Ultimately, Bob's forays with organics turned into a multimillion dollar heirloom grain company, Kamut International. In Grain by Grain, Quinn and cowriter Liz Carlisle, author of Lentil Underground, show how his story can become the story of American agriculture. We don't have to accept stagnating rural communities, degraded soil, or poor health. By following Bob's example, we can grow a healthy future, grain by grain.

About the Authors:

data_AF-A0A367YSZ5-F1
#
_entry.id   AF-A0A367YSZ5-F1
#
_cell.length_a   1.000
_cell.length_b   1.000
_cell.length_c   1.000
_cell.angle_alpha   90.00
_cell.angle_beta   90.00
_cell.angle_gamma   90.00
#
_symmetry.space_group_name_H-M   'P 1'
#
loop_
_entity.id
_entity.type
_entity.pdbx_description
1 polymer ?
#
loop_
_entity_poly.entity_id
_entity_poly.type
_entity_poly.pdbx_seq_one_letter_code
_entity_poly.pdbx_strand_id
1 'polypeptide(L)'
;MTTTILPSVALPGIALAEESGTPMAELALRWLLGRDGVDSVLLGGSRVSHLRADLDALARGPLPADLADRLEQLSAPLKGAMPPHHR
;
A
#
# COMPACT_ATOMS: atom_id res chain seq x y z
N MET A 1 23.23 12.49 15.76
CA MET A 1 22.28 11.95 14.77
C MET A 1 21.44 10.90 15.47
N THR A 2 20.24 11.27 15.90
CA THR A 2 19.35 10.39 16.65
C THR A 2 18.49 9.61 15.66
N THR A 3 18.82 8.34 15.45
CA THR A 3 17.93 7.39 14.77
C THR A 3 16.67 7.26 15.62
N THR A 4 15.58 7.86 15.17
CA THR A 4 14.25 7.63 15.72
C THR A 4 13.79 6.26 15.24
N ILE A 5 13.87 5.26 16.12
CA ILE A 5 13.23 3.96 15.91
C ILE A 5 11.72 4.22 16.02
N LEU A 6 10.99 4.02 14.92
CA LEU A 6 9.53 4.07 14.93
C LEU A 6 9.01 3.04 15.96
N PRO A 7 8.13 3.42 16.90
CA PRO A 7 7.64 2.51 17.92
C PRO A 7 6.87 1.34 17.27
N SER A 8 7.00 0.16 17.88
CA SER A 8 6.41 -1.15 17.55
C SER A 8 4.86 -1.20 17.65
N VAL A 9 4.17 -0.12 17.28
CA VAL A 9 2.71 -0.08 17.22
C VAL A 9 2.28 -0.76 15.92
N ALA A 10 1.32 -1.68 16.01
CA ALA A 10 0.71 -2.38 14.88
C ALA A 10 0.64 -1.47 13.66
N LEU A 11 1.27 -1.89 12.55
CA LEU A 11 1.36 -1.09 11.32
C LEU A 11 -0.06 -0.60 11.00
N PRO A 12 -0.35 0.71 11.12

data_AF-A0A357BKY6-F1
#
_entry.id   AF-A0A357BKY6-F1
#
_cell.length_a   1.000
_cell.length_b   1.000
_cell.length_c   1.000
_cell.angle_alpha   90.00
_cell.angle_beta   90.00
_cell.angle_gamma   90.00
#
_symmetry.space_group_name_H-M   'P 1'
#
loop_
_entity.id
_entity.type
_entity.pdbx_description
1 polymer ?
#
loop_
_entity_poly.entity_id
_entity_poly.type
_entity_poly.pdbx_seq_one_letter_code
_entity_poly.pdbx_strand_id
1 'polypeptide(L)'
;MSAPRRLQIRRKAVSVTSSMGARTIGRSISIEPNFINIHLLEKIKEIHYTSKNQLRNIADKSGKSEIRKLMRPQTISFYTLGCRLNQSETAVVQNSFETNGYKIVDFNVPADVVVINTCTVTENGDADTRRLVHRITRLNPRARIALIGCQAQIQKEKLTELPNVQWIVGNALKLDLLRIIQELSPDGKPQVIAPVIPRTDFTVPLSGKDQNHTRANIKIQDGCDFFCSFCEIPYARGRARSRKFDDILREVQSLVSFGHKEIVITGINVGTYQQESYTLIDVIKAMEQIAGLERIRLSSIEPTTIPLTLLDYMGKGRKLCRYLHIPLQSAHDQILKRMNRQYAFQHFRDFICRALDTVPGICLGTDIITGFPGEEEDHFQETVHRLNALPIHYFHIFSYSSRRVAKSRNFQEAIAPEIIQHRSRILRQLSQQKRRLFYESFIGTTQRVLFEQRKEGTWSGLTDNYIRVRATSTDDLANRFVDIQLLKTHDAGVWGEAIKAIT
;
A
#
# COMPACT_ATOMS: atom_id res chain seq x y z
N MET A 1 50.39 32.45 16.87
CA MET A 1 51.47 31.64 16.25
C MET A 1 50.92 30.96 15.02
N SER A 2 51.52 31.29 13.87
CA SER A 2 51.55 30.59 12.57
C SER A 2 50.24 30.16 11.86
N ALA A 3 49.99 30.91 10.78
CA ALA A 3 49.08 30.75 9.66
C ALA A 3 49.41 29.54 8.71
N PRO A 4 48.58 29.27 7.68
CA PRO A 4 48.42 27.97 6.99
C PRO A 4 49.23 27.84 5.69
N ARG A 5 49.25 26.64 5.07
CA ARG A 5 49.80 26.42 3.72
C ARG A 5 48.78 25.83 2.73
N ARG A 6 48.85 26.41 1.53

Bob Quinn is a leading green businessman, with successful ventures in both organic agriculture and renewable energy.  Raised on a 2,400 acre wheat and cattle ranch in Montana, Quinn earned a Ph.D. in plant biochemistry at UC Davis before coming home to farm in 1978. In 1986, he planted his first organic crop, and by 1989, he had converted his entire farm. He served on the first National Organic Standards Board, which spurred the creation of the USDA's National Organic Program, and has been recognized with the Montana Organic Association Lifetime of Service Award, The Organic Trade Association Organic Leadership Award, and Rodale Institute's Organic Pioneer Award. As an entrepreneur, Quinn has founded five significant enterprises: a regional mill for organic and heritage grains, an organic snack company, a business that sells culinary oil and recycles it as biofuel, Montana's first wind farm, and Kamut International. Kamut, the ancient grain Quinn revived from a pint jar of seed found in a neighbor's basement, is now grown on 100,000 acres of certified organic cropland and manufactured into over 3500 products worldwide. In addition, Bob remains active in research, and has co-authored pioneering studies on the nutritional benefits of ancient grain.